[ {"id":"bbc77a71-4c28-5529-9235-7d6cf0fdfd38","type":"article","starttime":"1488180600","starttime_iso8601":"2017-02-27T01:30:00-06:00","sections":[{"guest":"news/opinion/editorial/columnists/guest"}],"application":"editorial","title":"Miller: Do not try Trump's style at home","url":"http://qctimes.com/news/opinion/editorial/columnists/guest/article_bbc77a71-4c28-5529-9235-7d6cf0fdfd38.html","permalink":"http://qctimes.com/news/opinion/editorial/columnists/guest/miller-do-not-try-trump-s-style-at-home/article_bbc77a71-4c28-5529-9235-7d6cf0fdfd38.html","canonical":"http://qctimes.com/news/opinion/editorial/columnists/guest/miller-do-not-try-trump-s-style-at-home/article_bbc77a71-4c28-5529-9235-7d6cf0fdfd38.html","relatedAssetCounts":{"article":0,"audio":0,"image":1,"link":0,"vmix":0,"youtube":0,"gallery":0},"byline":"Rich Miller","prologue":"If you're running for office anytime soon, or if you currently hold office or are a \u201cpublic figure,\u201d please try to keep one thing in mind: So far, the only person to prove he can thrive by talking like President Donald Trump is ... President Donald Trump. Trump, and only Trump, can insult a war hero because the man was captured by the enemy, joke about grabbing women by the unmentionables, accuse an opponent's father of participating in a plot to assassinate President John F. Kennedy and still be elected to the highest office in the land.","supportsComments":false,"commentCount":0,"keywords":["donald trump","politics","campaign","rick rohrer","jb pritzker","bruce rauner","joe favia","candidate"],"internalKeywords":[],"customProperties":{},"presentation":"","images":[{"id":"dfb05d01-abe0-54ae-bcf6-357756f2eeca","description":"","byline":"","hireswidth":null,"hiresheight":null,"hiresurl":null,"presentation":"mugshot","versions":{"full":{"type":"image/jpeg","width":"229","height":"300","url":"http://bloximages.chicago2.vip.townnews.com/qctimes.com/content/tncms/assets/v3/editorial/d/fb/dfb05d01-abe0-54ae-bcf6-357756f2eeca/58546f9d06d40.image.jpg?resize=229%2C300"},"100": {"type":"image/jpeg","width":"100","height":"131","url":"http://bloximages.chicago2.vip.townnews.com/qctimes.com/content/tncms/assets/v3/editorial/d/fb/dfb05d01-abe0-54ae-bcf6-357756f2eeca/58546f9d06d40.image.jpg?resize=100%2C131"},"300": {"type":"image/jpeg","width":"300","height":"393","url":"http://bloximages.chicago2.vip.townnews.com/qctimes.com/content/tncms/assets/v3/editorial/d/fb/dfb05d01-abe0-54ae-bcf6-357756f2eeca/58546f9d06d40.image.jpg"},"1024":{"type":"image/jpeg","width":"1024","height":"1341","url":"http://bloximages.chicago2.vip.townnews.com/qctimes.com/content/tncms/assets/v3/editorial/d/fb/dfb05d01-abe0-54ae-bcf6-357756f2eeca/58546f9d06d40.image.jpg"}}}],"revision":4,"commentID":"bbc77a71-4c28-5529-9235-7d6cf0fdfd38","body":"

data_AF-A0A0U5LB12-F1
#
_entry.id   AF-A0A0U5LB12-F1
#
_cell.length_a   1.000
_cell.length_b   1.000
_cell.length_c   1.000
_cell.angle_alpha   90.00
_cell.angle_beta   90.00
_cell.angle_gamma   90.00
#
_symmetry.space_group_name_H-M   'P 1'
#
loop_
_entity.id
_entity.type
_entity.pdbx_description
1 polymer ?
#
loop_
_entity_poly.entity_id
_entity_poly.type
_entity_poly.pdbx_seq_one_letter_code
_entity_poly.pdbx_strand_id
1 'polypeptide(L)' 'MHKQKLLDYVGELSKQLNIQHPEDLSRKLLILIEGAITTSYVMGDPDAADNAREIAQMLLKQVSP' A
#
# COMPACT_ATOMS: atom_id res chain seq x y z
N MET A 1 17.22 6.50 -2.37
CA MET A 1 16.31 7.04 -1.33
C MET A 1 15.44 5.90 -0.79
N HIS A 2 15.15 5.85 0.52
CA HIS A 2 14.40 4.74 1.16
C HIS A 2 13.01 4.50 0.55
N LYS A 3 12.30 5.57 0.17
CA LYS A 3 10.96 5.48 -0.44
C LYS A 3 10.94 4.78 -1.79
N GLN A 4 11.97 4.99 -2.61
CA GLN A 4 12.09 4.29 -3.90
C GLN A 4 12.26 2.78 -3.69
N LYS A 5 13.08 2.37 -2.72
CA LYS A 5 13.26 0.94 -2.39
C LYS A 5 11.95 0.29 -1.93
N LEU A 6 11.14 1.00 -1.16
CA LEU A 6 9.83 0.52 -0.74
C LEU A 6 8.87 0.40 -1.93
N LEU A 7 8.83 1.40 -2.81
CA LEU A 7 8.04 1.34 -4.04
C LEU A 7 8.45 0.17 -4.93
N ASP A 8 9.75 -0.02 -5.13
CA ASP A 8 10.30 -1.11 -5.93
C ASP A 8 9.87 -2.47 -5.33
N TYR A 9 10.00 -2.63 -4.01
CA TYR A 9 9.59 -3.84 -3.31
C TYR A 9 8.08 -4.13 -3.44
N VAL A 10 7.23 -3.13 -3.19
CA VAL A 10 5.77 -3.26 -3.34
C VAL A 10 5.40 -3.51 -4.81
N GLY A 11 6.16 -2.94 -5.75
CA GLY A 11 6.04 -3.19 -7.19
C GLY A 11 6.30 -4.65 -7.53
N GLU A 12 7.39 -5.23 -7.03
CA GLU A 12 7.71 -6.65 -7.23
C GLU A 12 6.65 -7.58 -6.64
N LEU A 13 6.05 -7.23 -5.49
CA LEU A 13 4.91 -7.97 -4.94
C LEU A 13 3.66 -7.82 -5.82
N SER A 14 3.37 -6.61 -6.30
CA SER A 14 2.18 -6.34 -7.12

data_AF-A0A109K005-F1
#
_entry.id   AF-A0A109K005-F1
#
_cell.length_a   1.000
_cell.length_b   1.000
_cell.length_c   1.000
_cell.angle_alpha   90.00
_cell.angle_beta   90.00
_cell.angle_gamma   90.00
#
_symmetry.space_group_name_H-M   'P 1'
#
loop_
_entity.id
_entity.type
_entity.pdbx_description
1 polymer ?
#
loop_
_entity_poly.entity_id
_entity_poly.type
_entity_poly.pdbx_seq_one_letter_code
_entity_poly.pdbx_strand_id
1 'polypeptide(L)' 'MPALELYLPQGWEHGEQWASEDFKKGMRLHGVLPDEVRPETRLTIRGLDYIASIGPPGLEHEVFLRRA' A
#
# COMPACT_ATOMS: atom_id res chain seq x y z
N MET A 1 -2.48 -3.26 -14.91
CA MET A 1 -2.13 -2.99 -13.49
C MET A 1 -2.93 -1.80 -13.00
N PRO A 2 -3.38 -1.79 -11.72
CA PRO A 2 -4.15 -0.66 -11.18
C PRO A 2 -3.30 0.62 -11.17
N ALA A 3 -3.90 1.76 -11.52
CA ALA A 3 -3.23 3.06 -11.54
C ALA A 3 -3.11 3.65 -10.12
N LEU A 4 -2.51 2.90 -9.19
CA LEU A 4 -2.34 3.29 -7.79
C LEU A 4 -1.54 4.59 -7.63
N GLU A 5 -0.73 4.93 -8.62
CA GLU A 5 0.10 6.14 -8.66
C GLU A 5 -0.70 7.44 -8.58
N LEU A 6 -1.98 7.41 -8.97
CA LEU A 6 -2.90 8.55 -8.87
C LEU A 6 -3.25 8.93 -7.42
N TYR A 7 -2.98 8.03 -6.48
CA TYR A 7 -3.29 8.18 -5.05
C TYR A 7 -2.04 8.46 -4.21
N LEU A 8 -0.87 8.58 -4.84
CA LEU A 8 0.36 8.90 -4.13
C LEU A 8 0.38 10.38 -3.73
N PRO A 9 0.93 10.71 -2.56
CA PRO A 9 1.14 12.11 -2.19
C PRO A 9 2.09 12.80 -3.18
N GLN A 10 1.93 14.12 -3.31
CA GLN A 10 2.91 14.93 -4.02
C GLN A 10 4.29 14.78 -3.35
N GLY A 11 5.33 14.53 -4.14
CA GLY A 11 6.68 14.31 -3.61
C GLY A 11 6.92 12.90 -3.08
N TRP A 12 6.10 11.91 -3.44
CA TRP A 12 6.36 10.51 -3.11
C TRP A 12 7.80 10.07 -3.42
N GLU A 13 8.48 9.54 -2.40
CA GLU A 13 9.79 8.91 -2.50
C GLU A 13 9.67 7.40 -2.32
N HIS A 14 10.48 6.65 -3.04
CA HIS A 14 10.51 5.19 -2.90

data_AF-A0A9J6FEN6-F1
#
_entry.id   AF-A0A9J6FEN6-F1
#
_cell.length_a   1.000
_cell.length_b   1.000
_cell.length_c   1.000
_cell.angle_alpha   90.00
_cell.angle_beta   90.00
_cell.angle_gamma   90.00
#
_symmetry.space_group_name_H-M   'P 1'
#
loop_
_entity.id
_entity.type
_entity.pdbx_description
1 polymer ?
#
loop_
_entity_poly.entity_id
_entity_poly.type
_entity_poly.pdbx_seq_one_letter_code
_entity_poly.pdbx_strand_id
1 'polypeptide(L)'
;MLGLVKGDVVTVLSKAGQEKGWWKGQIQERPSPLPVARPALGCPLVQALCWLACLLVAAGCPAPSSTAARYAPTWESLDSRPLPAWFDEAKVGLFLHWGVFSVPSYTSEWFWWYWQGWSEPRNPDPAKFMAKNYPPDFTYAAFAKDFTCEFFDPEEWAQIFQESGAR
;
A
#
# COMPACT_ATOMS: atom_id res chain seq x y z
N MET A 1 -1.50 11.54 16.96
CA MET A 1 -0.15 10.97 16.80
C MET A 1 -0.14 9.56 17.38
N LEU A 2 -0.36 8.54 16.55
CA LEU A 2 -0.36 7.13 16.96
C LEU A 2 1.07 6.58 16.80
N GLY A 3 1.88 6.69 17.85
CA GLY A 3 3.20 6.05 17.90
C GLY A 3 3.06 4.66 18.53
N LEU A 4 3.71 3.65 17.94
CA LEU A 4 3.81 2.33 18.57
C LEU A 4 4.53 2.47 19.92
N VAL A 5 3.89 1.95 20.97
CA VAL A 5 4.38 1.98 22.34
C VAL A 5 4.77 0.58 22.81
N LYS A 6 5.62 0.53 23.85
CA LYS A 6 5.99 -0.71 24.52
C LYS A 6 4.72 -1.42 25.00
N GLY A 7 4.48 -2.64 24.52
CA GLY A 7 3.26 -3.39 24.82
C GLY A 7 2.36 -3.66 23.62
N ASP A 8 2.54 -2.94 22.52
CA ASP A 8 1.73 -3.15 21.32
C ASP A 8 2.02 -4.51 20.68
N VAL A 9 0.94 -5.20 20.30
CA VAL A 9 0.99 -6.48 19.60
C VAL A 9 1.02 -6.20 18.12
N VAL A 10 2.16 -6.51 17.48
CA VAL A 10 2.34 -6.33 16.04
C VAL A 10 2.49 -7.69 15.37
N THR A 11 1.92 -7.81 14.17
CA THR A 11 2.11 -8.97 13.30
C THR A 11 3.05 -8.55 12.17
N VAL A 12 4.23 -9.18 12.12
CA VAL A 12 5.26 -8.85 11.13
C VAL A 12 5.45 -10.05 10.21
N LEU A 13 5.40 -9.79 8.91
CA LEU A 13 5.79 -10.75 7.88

If you're running for office anytime soon, or if you currently hold office or are a \u201cpublic figure,\u201d please try to keep one thing in mind: So far, the only person to prove he can thrive by talking like President Donald Trump is ... President Donald Trump.